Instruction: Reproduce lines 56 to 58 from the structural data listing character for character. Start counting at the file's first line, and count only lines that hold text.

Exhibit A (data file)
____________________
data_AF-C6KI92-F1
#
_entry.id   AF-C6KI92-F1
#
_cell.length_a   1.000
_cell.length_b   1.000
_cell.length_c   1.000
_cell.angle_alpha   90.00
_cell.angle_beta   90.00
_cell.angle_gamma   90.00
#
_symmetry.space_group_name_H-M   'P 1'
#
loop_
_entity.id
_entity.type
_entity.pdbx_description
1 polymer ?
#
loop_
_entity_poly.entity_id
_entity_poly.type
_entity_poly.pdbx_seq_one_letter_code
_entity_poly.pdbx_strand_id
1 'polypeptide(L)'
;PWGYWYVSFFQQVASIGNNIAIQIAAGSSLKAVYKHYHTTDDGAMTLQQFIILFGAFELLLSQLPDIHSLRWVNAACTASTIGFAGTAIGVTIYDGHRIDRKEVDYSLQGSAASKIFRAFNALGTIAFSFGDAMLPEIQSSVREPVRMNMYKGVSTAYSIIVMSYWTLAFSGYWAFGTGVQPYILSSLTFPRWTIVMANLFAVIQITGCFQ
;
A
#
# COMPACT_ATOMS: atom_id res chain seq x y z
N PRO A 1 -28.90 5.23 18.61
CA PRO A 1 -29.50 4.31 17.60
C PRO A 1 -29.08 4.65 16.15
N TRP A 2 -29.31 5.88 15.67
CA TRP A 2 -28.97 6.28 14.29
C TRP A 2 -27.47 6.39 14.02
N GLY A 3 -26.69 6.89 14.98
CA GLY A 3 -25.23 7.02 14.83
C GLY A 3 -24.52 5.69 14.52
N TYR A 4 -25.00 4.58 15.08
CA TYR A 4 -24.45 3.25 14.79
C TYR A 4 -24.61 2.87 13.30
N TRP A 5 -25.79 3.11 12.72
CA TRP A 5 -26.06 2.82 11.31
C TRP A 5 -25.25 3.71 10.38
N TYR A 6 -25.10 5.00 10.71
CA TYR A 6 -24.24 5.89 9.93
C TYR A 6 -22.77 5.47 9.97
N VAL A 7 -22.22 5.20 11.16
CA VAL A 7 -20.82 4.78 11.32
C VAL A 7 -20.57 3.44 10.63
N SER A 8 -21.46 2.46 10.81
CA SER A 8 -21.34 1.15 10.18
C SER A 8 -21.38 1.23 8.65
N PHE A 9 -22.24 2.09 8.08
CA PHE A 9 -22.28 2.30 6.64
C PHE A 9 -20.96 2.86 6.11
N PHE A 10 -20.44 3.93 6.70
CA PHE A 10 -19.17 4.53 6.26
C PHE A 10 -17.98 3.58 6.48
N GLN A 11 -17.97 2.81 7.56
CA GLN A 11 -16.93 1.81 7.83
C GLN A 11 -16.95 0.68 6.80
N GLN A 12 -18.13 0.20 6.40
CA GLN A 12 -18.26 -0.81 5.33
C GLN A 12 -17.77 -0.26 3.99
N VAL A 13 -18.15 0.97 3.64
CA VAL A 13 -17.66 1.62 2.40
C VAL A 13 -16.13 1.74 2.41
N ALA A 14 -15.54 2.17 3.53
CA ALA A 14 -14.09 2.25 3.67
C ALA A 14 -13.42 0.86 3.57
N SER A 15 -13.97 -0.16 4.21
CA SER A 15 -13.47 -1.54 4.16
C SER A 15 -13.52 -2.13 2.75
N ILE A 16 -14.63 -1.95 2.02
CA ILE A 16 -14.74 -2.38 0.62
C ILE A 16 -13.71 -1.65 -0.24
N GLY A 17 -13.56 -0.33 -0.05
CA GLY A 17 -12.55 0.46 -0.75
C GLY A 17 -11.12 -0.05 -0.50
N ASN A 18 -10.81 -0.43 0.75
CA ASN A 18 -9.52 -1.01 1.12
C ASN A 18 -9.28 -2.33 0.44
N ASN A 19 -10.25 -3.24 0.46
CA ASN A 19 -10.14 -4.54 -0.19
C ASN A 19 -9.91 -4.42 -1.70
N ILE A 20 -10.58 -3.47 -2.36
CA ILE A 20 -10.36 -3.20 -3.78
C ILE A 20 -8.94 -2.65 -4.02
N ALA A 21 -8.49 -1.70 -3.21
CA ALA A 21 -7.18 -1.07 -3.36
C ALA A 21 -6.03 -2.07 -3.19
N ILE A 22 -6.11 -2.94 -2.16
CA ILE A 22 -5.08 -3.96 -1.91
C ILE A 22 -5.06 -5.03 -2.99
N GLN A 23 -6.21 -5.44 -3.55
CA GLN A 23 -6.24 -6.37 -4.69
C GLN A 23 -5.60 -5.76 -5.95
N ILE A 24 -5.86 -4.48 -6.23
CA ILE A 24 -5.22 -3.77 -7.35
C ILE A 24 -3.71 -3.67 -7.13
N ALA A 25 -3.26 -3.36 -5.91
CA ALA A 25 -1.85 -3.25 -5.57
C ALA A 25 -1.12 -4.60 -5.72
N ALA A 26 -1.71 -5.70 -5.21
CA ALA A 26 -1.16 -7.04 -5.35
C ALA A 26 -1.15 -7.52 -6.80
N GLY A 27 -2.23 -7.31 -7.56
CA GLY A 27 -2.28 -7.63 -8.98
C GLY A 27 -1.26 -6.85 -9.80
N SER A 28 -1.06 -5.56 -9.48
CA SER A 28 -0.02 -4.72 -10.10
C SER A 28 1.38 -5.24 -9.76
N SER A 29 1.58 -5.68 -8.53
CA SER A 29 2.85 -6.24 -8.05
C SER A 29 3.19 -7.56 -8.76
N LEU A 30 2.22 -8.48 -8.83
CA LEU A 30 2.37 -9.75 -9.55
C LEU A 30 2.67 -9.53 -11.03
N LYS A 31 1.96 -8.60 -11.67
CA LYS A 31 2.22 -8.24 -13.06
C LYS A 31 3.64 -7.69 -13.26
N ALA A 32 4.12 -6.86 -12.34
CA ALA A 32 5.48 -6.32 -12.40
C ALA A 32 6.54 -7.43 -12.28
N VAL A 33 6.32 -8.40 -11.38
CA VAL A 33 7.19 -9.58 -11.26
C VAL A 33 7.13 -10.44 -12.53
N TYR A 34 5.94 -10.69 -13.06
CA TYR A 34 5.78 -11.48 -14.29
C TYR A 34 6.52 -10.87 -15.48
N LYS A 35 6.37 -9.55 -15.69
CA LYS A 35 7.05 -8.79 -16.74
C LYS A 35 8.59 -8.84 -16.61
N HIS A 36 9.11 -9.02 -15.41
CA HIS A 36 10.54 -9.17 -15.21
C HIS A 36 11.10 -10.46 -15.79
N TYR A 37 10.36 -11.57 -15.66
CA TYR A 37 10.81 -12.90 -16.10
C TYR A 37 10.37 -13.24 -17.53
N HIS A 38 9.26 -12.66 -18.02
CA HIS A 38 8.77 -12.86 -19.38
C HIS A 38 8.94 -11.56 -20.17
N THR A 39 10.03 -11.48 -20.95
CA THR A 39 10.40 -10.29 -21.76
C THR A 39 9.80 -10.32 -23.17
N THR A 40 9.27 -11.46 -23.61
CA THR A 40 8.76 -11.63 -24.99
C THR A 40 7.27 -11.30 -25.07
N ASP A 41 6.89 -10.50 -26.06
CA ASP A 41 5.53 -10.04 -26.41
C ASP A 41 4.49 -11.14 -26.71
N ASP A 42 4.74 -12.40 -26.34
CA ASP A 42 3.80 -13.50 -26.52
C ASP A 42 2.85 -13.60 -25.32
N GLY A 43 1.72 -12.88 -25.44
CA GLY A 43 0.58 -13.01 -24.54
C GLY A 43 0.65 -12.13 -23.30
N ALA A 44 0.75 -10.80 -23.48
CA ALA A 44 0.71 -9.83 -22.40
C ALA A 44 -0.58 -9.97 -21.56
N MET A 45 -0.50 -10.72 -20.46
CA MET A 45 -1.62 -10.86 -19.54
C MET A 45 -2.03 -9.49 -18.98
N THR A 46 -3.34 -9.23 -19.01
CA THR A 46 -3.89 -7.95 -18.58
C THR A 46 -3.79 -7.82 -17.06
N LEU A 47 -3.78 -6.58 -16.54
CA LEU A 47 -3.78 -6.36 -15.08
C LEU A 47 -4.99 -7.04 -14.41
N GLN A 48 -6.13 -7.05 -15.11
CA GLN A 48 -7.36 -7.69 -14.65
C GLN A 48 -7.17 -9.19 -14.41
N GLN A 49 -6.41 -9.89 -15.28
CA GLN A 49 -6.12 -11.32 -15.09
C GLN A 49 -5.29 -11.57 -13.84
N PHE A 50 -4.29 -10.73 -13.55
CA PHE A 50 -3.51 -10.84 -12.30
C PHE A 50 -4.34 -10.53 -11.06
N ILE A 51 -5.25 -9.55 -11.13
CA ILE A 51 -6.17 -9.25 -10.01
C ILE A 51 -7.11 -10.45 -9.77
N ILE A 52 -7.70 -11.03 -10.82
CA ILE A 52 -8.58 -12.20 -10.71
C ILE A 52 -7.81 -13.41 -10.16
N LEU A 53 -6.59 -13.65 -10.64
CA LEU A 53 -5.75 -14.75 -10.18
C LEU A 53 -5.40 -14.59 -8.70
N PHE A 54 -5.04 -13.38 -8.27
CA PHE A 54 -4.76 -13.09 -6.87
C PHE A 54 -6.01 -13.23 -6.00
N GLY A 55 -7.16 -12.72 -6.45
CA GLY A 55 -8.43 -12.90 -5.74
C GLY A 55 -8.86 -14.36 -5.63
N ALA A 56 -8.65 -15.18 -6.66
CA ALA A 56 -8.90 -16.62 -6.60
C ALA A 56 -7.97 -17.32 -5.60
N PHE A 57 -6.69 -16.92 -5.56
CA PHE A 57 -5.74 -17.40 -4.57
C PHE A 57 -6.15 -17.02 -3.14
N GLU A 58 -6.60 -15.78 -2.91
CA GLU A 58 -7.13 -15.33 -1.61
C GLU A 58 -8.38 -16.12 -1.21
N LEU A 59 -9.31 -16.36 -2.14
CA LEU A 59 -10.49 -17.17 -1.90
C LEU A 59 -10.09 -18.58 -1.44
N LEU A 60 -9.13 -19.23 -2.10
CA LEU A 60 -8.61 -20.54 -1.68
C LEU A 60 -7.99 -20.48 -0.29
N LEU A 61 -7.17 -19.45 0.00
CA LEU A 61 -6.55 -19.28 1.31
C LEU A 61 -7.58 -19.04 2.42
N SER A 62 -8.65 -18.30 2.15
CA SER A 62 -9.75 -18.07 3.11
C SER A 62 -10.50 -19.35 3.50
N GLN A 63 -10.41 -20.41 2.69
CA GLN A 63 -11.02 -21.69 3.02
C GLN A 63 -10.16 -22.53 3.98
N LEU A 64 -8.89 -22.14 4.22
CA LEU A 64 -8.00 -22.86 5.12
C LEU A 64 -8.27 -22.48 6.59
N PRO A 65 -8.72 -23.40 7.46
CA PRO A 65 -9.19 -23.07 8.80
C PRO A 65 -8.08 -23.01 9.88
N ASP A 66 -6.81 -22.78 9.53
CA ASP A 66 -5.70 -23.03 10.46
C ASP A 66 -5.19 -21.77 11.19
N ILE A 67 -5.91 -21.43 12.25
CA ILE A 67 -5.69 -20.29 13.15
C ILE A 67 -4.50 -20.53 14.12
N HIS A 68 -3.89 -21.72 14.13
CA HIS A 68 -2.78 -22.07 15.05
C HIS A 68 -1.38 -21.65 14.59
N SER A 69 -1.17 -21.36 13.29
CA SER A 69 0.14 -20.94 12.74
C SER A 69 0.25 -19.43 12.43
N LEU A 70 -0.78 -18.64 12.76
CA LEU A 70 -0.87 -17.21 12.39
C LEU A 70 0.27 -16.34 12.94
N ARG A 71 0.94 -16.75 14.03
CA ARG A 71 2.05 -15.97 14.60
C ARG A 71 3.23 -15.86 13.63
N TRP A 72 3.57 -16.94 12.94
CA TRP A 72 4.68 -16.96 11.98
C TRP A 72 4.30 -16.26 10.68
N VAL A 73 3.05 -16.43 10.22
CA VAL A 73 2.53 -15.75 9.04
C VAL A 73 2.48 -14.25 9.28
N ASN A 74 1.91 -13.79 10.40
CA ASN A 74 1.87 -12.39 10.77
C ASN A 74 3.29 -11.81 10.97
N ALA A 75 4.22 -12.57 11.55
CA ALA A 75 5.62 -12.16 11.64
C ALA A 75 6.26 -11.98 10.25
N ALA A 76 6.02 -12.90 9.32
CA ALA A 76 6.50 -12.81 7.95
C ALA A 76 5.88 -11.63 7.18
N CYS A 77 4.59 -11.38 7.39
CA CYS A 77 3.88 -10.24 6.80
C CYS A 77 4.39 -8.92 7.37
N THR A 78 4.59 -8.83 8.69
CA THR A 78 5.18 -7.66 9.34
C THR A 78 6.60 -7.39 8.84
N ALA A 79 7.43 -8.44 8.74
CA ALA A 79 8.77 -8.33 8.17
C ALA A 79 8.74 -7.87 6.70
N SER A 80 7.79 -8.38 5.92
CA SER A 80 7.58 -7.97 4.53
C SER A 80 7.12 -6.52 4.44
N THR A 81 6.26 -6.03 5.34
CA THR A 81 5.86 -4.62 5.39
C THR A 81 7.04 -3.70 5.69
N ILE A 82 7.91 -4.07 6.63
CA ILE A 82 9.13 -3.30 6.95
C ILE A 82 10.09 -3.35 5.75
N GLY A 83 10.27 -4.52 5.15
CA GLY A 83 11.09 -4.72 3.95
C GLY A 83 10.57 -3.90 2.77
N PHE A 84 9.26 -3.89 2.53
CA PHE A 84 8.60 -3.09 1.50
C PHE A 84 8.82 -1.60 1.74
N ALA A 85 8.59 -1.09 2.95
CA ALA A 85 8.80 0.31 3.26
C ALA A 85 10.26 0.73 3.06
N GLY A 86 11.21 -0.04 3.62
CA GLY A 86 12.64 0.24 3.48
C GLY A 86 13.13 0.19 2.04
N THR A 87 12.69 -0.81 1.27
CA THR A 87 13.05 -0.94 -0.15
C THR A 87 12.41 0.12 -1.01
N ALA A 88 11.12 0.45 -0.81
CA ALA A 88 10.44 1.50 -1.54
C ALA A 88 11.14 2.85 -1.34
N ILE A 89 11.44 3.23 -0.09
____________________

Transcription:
CA PHE A 9 -22.28 2.30 6.64
C PHE A 9 -20.96 2.86 6.11
N PHE A 10 -20.44 3.93 6.70